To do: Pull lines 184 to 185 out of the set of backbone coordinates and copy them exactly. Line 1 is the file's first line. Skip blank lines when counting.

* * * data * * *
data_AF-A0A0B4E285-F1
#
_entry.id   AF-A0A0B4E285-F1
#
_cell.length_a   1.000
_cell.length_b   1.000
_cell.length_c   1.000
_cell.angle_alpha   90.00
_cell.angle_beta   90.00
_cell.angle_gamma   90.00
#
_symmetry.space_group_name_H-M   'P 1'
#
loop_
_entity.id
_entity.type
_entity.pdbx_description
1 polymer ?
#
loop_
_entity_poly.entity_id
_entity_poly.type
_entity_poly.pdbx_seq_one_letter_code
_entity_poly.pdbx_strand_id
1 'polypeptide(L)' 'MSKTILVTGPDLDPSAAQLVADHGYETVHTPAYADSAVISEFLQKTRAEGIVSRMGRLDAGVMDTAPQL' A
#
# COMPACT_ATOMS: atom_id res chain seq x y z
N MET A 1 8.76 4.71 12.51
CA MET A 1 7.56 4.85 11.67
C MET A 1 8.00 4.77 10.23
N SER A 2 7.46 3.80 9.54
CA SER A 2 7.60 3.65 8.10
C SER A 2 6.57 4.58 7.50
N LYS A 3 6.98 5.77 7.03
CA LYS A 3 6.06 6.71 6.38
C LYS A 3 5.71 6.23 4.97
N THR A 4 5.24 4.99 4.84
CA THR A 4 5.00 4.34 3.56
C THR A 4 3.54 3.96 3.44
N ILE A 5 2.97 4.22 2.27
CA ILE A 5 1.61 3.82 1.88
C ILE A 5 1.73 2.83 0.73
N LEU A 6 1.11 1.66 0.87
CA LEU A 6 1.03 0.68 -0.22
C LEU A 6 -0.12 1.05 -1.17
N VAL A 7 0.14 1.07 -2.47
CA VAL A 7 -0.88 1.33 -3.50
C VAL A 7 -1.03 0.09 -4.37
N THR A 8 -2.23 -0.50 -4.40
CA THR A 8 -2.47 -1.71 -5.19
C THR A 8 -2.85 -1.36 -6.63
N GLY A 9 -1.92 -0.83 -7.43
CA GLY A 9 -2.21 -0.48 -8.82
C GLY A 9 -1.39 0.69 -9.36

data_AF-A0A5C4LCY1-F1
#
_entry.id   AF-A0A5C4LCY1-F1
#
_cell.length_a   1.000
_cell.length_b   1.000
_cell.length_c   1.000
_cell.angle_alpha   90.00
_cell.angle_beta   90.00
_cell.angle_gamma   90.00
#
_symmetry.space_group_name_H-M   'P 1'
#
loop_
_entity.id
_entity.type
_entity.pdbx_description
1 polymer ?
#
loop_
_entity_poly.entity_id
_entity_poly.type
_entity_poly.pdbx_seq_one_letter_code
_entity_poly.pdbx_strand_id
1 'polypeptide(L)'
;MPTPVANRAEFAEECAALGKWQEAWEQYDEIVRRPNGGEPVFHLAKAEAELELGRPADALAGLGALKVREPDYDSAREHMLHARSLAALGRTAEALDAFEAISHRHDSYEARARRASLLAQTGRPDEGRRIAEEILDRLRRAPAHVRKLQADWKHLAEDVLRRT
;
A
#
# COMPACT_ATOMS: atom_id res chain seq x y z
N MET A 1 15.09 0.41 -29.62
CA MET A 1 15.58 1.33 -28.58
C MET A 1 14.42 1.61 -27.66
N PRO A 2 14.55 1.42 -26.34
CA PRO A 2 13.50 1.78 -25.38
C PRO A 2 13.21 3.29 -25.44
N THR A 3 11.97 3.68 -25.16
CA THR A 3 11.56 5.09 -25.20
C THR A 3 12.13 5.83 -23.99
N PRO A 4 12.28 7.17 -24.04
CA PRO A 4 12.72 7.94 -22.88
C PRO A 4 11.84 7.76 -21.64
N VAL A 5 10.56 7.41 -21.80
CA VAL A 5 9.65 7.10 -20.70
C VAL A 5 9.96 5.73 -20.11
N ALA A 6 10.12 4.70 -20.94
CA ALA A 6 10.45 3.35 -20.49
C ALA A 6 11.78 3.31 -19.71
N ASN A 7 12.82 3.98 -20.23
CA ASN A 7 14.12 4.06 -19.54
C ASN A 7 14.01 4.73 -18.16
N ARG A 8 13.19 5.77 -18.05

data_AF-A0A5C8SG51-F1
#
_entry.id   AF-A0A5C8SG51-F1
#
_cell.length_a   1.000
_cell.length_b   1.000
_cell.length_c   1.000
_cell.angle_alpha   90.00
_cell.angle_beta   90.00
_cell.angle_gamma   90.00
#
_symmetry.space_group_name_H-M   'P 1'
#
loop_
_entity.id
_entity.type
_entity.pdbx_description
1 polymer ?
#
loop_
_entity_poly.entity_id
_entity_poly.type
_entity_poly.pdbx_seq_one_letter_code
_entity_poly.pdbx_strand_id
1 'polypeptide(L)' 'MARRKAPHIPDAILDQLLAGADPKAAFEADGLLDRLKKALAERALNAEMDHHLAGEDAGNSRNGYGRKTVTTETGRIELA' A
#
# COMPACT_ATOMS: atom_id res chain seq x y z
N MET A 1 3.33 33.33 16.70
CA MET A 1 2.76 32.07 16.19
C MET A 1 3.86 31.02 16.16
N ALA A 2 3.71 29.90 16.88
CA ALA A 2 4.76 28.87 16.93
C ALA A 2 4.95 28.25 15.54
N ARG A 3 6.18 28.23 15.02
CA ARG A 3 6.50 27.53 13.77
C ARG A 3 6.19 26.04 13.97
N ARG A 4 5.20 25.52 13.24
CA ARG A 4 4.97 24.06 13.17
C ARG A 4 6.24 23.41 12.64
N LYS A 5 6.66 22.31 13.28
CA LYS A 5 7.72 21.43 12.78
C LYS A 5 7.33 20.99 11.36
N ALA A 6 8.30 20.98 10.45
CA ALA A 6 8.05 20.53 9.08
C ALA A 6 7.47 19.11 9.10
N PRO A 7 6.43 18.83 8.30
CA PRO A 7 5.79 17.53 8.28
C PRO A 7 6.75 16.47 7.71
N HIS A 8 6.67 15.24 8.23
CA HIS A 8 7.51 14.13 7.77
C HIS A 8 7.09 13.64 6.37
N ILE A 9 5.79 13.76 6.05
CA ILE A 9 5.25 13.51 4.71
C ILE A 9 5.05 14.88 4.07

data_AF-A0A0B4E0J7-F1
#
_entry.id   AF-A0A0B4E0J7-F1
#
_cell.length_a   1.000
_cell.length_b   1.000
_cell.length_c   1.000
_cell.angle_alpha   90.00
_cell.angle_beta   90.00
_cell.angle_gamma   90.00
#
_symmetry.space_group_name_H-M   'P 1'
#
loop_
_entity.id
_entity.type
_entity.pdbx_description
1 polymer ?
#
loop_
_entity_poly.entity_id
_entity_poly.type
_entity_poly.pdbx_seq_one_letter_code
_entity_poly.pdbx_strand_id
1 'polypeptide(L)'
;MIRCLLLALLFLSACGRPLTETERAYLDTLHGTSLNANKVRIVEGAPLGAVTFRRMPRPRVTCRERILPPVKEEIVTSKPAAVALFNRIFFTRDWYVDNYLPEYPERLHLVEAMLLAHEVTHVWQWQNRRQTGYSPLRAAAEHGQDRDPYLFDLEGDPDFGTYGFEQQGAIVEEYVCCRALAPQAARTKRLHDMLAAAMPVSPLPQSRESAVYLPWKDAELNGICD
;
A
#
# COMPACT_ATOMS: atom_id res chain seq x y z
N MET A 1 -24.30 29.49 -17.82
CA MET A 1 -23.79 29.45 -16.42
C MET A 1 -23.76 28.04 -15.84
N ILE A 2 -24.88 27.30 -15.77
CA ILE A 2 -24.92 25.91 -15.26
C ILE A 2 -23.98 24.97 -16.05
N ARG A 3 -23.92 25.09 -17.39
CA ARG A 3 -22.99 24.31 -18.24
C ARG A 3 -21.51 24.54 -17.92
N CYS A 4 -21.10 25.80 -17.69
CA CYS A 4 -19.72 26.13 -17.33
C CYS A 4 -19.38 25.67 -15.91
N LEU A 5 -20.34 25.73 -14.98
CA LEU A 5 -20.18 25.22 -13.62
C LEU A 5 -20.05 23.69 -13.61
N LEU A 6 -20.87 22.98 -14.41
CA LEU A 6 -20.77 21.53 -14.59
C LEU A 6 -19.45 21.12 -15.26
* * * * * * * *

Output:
_entity_poly.pdbx_strand_id
1 'polypeptide(L)'